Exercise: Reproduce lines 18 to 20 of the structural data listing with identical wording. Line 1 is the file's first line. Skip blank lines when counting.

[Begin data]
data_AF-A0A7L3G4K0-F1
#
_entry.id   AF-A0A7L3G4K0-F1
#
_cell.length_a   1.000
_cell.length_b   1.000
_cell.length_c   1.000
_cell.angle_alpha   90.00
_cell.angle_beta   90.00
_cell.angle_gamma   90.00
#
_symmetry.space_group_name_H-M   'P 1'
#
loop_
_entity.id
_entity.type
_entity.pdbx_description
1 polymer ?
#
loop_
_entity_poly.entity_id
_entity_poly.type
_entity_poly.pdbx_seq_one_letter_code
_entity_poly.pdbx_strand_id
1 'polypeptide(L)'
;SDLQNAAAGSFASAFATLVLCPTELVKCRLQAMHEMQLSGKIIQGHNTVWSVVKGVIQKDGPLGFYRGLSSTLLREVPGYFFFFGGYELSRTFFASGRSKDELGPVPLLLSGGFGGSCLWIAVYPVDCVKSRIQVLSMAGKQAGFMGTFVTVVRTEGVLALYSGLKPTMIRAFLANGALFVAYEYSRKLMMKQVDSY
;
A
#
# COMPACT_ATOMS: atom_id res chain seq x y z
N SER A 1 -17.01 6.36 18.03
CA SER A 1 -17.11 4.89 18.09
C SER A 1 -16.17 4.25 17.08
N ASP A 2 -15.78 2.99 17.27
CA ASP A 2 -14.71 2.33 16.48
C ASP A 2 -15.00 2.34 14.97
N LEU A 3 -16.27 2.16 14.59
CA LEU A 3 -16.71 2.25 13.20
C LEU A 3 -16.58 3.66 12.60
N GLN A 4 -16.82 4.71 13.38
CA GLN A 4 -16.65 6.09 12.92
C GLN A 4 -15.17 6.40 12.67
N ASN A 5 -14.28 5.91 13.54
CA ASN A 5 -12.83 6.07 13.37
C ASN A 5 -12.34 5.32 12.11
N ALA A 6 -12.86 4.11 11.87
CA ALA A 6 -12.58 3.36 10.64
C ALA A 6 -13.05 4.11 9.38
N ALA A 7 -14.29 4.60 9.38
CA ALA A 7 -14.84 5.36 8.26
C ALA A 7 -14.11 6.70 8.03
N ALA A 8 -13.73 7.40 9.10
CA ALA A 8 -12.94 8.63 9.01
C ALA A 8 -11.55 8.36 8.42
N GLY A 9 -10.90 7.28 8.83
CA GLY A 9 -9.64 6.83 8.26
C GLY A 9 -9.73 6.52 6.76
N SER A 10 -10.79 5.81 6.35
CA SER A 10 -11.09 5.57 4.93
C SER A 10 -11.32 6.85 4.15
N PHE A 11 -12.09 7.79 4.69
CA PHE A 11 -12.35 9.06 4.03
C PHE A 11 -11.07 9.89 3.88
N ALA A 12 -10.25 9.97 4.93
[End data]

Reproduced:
1 polymer ?
#
loop_